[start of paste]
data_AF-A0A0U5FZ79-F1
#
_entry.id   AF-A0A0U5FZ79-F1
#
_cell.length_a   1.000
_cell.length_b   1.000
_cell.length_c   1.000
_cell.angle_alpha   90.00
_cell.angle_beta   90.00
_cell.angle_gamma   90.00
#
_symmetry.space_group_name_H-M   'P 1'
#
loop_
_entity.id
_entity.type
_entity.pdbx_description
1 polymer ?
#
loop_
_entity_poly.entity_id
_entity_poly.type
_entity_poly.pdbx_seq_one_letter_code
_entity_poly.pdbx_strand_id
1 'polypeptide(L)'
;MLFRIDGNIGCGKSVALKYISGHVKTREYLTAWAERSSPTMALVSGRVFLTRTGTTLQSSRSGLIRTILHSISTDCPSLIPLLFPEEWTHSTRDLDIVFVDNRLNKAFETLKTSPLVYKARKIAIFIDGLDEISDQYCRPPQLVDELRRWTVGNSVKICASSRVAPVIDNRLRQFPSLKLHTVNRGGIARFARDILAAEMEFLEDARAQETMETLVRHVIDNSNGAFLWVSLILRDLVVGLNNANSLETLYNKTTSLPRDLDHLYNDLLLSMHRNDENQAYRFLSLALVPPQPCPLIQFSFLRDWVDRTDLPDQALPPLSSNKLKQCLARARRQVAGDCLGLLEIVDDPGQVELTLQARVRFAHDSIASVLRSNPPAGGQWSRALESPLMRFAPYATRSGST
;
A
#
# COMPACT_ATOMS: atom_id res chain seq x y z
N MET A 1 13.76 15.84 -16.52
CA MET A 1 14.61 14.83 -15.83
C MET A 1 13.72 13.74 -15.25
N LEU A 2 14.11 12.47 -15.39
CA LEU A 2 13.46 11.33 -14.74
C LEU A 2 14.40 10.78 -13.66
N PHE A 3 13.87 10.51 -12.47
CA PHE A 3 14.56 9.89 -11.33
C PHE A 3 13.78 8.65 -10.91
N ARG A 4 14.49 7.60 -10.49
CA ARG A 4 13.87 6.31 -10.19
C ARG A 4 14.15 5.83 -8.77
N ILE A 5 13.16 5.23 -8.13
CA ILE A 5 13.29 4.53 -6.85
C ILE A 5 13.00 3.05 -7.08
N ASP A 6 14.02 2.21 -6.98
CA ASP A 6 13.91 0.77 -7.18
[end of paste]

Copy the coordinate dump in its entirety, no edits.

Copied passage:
data_AF-A0A0U5FZ79-F1
#
_entry.id   AF-A0A0U5FZ79-F1
#
_cell.length_a   1.000
_cell.length_b   1.000
_cell.length_c   1.000
_cell.angle_alpha   90.00
_cell.angle_beta   90.00
_cell.angle_gamma   90.00
#
_symmetry.space_group_name_H-M   'P 1'
#
loop_
_entity.id
_entity.type
_entity.pdbx_description
1 polymer ?
#
loop_
_entity_poly.entity_id
_entity_poly.type
_entity_poly.pdbx_seq_one_letter_code
_entity_poly.pdbx_strand_id
1 'polypeptide(L)'
;MLFRIDGNIGCGKSVALKYISGHVKTREYLTAWAERSSPTMALVSGRVFLTRTGTTLQSSRSGLIRTILHSISTDCPSLIPLLFPEEWTHSTRDLDIVFVDNRLNKAFETLKTSPLVYKARKIAIFIDGLDEISDQYCRPPQLVDELRRWTVGNSVKICASSRVAPVIDNRLRQFPSLKLHTVNRGGIARFARDILAAEMEFLEDARAQETMETLVRHVIDNSNGAFLWVSLILRDLVVGLNNANSLETLYNKTTSLPRDLDHLYNDLLLSMHRNDENQAYRFLSLALVPPQPCPLIQFSFLRDWVDRTDLPDQALPPLSSNKLKQCLARARRQVAGDCLGLLEIVDDPGQVELTLQARVRFAHDSIASVLRSNPPAGGQWSRALESPLMRFAPYATRSGST
;
A
#
# COMPACT_ATOMS: atom_id res chain seq x y z
N MET A 1 13.76 15.84 -16.52
CA MET A 1 14.61 14.83 -15.83
C MET A 1 13.72 13.74 -15.25
N LEU A 2 14.11 12.47 -15.39
CA LEU A 2 13.46 11.33 -14.74
C LEU A 2 14.40 10.78 -13.66
N PHE A 3 13.87 10.51 -12.47
CA PHE A 3 14.56 9.89 -11.33
C PHE A 3 13.78 8.65 -10.91
N ARG A 4 14.49 7.60 -10.49
CA ARG A 4 13.87 6.31 -10.19
C ARG A 4 14.15 5.83 -8.77
N ILE A 5 13.16 5.23 -8.13
CA ILE A 5 13.29 4.53 -6.85
C ILE A 5 13.00 3.05 -7.08
N ASP A 6 14.02 2.21 -6.98
CA ASP A 6 13.91 0.77 -7.18